Bell leads 2013 Maple Ridge council list of expenses
Maple Ridge politicians have posted their first list of monthly expenses, following a new council policy approved in December.
Topping the list with the largest amount of for the first 11 months of 2013 is Coun. Corisa Bell, with a total of $7,819.
Bell’s total exceeds the $5,000 allotted annually to each councillor for training and attending conferences.
The tally includes $1,887 for attending the Union of B.C. Municipalities conference in Vancouver in September, as well as $1,481 for the Federation of Canadian Municipalities conference in Vancouver in June. It also includes $1,049 the B.C. Recreation and Parks Association conference in Whistler in May.
Bell says the expenses are worth it because it makes her a better councillor and that the allowance is a global amount apportioned to council as a whole. Some councillors attend events and some don’t, she added.
Council would have to approve any spending that exceeded the $36,500 allotted each year for training for the whole group.
Total council expenses until November were only $22,175.
Bell has spent the past year pressing council to cut spending and taxes.
“I really believe that the public will trust that I’m making every decision conscientiously and I absolutely look over every choice that I make very carefully and relate it to a direct benefit to our community.”
Bell said there are many events a councillor could attend, but she just goes to the most useful ones.
“I really believe that the public trusts that I’m making the decisions.”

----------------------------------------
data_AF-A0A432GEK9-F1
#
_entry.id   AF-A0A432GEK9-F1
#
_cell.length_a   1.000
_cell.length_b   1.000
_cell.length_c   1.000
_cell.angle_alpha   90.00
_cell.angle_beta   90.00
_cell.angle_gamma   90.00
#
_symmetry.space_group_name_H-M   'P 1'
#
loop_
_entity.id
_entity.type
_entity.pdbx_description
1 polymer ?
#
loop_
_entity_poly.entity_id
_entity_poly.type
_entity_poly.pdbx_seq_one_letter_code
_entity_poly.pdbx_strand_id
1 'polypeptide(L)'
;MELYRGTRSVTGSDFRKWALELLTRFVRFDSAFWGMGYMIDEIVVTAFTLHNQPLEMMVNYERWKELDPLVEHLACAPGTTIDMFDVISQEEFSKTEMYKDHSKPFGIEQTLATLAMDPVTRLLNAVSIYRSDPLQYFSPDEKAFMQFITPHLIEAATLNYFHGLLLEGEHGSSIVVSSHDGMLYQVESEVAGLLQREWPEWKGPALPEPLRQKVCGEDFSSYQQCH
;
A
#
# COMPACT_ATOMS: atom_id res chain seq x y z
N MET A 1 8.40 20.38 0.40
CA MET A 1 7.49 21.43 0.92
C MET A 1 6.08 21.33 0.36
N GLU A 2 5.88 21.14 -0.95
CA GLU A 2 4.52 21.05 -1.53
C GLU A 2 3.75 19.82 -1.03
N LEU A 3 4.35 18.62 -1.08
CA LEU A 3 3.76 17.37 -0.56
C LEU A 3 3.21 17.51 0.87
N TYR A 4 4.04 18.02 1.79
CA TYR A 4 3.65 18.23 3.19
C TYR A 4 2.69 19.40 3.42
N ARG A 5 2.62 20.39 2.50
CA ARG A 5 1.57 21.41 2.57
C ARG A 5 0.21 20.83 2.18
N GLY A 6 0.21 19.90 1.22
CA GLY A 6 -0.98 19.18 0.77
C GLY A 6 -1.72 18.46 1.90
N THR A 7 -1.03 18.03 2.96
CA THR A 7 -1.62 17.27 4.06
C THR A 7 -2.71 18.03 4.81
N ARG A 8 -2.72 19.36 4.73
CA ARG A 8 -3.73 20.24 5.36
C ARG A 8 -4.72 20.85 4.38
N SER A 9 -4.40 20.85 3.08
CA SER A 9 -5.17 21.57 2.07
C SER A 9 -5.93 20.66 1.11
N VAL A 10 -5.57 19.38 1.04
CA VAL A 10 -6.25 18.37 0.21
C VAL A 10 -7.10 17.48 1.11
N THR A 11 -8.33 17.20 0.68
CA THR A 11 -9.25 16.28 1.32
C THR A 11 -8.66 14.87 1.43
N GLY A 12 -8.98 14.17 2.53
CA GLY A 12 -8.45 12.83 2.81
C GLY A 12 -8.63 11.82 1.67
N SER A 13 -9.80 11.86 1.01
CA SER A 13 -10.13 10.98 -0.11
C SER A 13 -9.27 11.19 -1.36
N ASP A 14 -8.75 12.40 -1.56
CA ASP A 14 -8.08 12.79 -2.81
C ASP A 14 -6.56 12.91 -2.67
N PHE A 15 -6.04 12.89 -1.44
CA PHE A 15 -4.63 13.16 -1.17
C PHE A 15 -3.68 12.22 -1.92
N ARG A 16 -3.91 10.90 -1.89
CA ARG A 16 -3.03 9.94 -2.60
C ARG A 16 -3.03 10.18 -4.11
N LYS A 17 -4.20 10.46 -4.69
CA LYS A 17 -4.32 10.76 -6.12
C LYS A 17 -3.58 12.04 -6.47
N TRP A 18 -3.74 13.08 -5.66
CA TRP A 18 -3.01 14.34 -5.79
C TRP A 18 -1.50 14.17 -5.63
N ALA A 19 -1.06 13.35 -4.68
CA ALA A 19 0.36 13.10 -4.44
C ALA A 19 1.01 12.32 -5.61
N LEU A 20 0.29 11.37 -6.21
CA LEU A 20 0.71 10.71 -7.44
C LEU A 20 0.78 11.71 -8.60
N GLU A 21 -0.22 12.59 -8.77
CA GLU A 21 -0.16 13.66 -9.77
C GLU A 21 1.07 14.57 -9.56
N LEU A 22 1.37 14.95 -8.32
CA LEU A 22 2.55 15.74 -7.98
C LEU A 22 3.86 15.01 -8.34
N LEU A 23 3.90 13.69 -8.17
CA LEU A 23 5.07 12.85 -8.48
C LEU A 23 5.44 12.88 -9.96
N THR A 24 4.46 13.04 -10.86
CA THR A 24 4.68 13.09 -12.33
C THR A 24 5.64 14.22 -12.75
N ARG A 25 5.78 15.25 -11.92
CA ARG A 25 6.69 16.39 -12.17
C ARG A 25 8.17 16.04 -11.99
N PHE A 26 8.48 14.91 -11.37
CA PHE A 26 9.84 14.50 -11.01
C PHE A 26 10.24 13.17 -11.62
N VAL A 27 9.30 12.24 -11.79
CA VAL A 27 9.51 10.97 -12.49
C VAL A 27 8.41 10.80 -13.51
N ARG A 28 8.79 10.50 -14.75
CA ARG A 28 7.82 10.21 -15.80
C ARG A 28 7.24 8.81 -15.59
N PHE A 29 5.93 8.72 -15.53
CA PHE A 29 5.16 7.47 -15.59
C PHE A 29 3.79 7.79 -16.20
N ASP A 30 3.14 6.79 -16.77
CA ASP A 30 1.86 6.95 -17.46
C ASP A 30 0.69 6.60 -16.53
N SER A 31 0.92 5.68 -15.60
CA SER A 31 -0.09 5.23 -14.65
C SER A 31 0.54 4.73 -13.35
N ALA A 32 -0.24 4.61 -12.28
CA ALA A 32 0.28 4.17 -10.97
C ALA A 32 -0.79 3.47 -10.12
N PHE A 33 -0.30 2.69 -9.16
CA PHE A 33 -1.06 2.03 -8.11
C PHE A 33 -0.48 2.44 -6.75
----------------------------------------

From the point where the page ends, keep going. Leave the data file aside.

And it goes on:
She anticipates spending the same amount this year and might attend the Federation of Canadian Municipalities in Niagara Falls.
Bell, who’s second vice-president of the Lower Mainland Local Government Association, may have to attend if the president and first VP can’t.
But she’s no longer on the parks board, so she won’t attend that convention this year.
And while the $1,049 fee for the latter showed up as Bell’s expense, the money comes from the parks and leisure services department, which budgets to send councillors and staff to that gathering.
Bell has asked to give presentations at council recapping what she learned at the conferences, but said she was told that there’s no time for such.
Councillors have a chance to comment on issues at the end of council meetings on Tuesday nights, but Bell said most people are too tired and want the meeting over.
She disagrees that people will call her a hypocrite for her expenses.
“I feel good about my decisions,” she said.
“This is a very hard job, so if I’m going to educate myself to do it better, then I feel good about that.”
Bell also attended the Lower Mainland Local Government Association conference last year in Harrison Hot Springs, which cost $703.
The next highest-spending councillor was Al Hogarth, whose total expenses came to $5,838.
Hogarth attended the UBCM conference, which cost $1,861, and the FCM conference, which cost $1,488.
Coun. Bob Masse claimed the next highest in expenses at $2,865.
Other councillors’ expenses, for the first 11 months of 2013, in descending order:
• Mayor Ernie Daykin – $2,245;
• Coun. Michael Morden – $1,830;
• Coun. Cheryl Ashlie – $1,085;
• Coun. Judy Dueck – $493.
Daykin said he introduced posting of monthly council expenses in December to give more transparency, even though council expenses are in the annual statement of financial information.
He declined to comment on Bell’s expenses.
The posting policy also allows councillors to accumulate their spending allowance from year to year.
Council watcher John McKenzie, who’s supporting Daykin for re-election, said councillors should try to minimize their expenses.
“I just think it’s a part-time job and should be kept in line … particularly if you are preaching about cutting staff salaries.”